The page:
A few images from Friday’s trip to the BBC Good Food Show – more to come
I am currently having an all consuming love affair with Lapsang Souchong tea. Lapsang tea is smoked over pinewood fires to give it an incredibly beautiful deep smoky flavour. The quality of tea varies massively and it really is worth spending a few quid on an excellent tea as you use it so sparingly it will last for ages. I can highly recommend St Martins Coffee in Leicester for their great tea, also Dragon Fly do a really beautiful organic tea that is worth the extra couple of quid. I have been experimenting with various smoked tea infusions for about 4 weeks now. One of my favourite quick infusions is to pop a bit of your favourite full bodied red wine into a cup and add a few long strands of tea. Let it infuse for about 30 mins then pour about a tablespoon of the smoky infused wine into a full glass. I like my red wines deep and full and the addition of a touch of smoke is perfect for a night in front of the fire and its also a really nice addition to your bonfire night mulled wine.
Rum and smoked tea work really well together. Just get a bottle of your favourite dark/golden rum and add a few strands to the bottle. I made fantastic Bonfire Night Smokey Spiced Apple Daiquiris a couple of weeks ago – bloody lovely! If you are making a smoked fish kedgeree pop a few strands in the poaching milk, it really does add a new lift to the dish.
I’m currently working on a recipe for a Sheep’s Cheesecake. The sultanas have been swelling in the smoked tea rum for 2 days now and are so plump they pop when you bite them. Should be ready tomorrow to assemble.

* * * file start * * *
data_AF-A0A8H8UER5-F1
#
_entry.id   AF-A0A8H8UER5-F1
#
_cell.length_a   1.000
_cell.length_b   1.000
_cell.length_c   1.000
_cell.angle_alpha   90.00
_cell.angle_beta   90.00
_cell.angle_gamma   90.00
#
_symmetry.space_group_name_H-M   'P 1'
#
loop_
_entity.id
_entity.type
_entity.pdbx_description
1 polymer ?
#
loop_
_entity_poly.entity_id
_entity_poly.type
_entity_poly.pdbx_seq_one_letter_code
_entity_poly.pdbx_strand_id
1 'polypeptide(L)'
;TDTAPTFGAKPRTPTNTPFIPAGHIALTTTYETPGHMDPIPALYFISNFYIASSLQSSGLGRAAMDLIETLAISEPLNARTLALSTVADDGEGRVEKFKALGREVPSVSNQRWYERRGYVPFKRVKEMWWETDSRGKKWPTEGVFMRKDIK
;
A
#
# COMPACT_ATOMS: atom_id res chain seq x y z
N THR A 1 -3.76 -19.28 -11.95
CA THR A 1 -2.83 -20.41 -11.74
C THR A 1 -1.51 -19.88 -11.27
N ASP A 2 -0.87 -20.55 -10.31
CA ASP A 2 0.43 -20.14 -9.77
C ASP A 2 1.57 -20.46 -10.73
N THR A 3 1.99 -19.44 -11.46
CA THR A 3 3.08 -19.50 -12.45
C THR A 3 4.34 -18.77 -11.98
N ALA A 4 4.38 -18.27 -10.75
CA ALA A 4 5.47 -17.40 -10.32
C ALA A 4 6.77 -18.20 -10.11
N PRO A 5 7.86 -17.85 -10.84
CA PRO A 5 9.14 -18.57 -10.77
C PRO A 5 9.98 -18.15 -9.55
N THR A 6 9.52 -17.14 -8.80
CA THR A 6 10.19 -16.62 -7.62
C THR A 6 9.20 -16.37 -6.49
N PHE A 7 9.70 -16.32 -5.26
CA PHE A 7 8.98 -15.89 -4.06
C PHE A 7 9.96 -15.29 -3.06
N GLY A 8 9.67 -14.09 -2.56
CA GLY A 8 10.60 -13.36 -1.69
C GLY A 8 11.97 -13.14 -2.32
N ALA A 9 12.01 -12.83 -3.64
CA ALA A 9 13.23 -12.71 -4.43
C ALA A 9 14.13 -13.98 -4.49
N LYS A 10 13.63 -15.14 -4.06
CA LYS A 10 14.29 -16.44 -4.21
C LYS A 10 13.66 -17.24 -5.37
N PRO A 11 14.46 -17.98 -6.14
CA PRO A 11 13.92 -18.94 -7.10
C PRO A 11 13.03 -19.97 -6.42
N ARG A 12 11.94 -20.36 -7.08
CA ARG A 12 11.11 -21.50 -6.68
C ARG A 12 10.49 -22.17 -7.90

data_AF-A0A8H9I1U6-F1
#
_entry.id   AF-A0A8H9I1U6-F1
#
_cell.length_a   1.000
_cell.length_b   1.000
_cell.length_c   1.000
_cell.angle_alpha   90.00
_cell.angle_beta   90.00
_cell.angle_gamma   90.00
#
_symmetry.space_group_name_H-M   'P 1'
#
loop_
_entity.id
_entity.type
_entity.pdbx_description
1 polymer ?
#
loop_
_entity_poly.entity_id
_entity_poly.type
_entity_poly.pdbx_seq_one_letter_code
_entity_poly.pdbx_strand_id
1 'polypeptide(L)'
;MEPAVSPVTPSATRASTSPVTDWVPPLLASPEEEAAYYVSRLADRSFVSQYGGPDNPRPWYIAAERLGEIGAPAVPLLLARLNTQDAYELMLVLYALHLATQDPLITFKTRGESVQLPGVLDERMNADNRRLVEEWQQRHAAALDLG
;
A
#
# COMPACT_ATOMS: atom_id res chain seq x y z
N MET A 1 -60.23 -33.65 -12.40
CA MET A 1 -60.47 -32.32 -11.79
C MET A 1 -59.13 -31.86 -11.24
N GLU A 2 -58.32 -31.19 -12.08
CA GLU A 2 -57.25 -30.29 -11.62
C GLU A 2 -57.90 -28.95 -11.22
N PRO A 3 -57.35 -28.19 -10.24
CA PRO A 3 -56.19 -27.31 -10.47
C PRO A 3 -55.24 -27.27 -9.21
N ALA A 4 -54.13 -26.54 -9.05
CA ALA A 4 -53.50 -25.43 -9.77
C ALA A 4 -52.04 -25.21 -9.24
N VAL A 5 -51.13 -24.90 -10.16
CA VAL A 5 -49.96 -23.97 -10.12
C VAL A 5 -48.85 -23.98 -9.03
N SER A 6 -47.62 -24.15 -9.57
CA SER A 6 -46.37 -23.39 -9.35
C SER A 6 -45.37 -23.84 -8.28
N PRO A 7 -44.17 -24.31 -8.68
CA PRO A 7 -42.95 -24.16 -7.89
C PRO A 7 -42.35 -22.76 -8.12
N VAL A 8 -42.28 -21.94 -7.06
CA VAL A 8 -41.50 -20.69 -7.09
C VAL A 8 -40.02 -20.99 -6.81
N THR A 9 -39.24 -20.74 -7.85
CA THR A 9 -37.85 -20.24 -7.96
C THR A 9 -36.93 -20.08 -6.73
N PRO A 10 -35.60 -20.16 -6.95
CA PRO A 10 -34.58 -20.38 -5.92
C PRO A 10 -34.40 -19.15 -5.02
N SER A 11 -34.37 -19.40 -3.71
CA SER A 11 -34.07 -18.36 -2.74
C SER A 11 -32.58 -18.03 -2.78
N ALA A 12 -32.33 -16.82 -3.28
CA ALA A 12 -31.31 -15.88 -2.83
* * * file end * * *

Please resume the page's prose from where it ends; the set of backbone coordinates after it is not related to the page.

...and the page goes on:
16oz each of organic white flour, butter and soft brown sugar and 8 organic free range eggs. Cream butter & sugar, whisk the eggs then add to creamed butter mix gradually. Once all mixed fold in the flour and a couple of pinches of salt.
To this I then add whatever I have in the pantry. Today included handfuls each of chopped prunes, figs, sultanas, walnuts and stem ginger (and a glug of the syrup). A tablespoon of treacle, then the spices: cinnamon, allspice, nutmeg/mace are my favourites at Xmas. Grated zest of an orange and lemon and then a few tablespoons of last years extremely boozy mincemeat. The sugar and booze have preserved it and it is now the most luscious mincemeat ever. Its ridiculously boozy and contains, as far as I can remember, brandy, rum, port, whisky and some more sloe brandy for good measure. The flavours have had a whole year to develop and mellow together and it is going to be in most of my Xmas concoctions this year.